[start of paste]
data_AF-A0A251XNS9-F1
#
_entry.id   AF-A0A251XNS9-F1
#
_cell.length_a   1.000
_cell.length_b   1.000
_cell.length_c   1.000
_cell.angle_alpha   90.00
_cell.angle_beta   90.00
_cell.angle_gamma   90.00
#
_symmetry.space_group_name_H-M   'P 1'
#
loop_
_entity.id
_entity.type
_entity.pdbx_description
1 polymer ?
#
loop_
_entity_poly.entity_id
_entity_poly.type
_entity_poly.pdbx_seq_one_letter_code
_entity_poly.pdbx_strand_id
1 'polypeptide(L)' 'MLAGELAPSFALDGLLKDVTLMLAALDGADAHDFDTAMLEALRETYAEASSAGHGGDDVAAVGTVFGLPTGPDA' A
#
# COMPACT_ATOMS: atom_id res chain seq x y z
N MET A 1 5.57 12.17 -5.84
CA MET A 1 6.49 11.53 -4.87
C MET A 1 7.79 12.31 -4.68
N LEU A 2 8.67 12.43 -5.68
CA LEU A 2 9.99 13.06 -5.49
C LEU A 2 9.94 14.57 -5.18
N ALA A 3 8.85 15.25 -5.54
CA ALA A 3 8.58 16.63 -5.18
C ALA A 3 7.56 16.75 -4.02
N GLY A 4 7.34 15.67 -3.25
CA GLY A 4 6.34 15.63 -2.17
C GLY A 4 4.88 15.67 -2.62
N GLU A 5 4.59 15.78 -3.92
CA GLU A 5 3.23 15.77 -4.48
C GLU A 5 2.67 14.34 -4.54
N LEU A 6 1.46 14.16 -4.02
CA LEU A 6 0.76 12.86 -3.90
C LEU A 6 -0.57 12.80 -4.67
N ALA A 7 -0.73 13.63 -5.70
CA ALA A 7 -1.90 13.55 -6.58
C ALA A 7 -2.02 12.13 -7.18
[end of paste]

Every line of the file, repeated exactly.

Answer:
data_AF-A0A251XNS9-F1
#
_entry.id   AF-A0A251XNS9-F1
#
_cell.length_a   1.000
_cell.length_b   1.000
_cell.length_c   1.000
_cell.angle_alpha   90.00
_cell.angle_beta   90.00
_cell.angle_gamma   90.00
#
_symmetry.space_group_name_H-M   'P 1'
#
loop_
_entity.id
_entity.type
_entity.pdbx_description
1 polymer ?
#
loop_
_entity_poly.entity_id
_entity_poly.type
_entity_poly.pdbx_seq_one_letter_code
_entity_poly.pdbx_strand_id
1 'polypeptide(L)' 'MLAGELAPSFALDGLLKDVTLMLAALDGADAHDFDTAMLEALRETYAEASSAGHGGDDVAAVGTVFGLPTGPDA' A
#
# COMPACT_ATOMS: atom_id res chain seq x y z
N MET A 1 5.57 12.17 -5.84
CA MET A 1 6.49 11.53 -4.87
C MET A 1 7.79 12.31 -4.68
N LEU A 2 8.67 12.43 -5.68
CA LEU A 2 9.99 13.06 -5.49
C LEU A 2 9.94 14.57 -5.18
N ALA A 3 8.85 15.25 -5.54
CA ALA A 3 8.58 16.63 -5.18
C ALA A 3 7.56 16.75 -4.02
N GLY A 4 7.34 15.67 -3.25
CA GLY A 4 6.34 15.63 -2.17
C GLY A 4 4.88 15.67 -2.62
N GLU A 5 4.59 15.78 -3.92
CA GLU A 5 3.23 15.77 -4.48
C GLU A 5 2.67 14.34 -4.54
N LEU A 6 1.46 14.16 -4.02
CA LEU A 6 0.76 12.86 -3.90
C LEU A 6 -0.57 12.80 -4.67
N ALA A 7 -0.73 13.63 -5.70
CA ALA A 7 -1.90 13.55 -6.58
C ALA A 7 -2.02 12.13 -7.18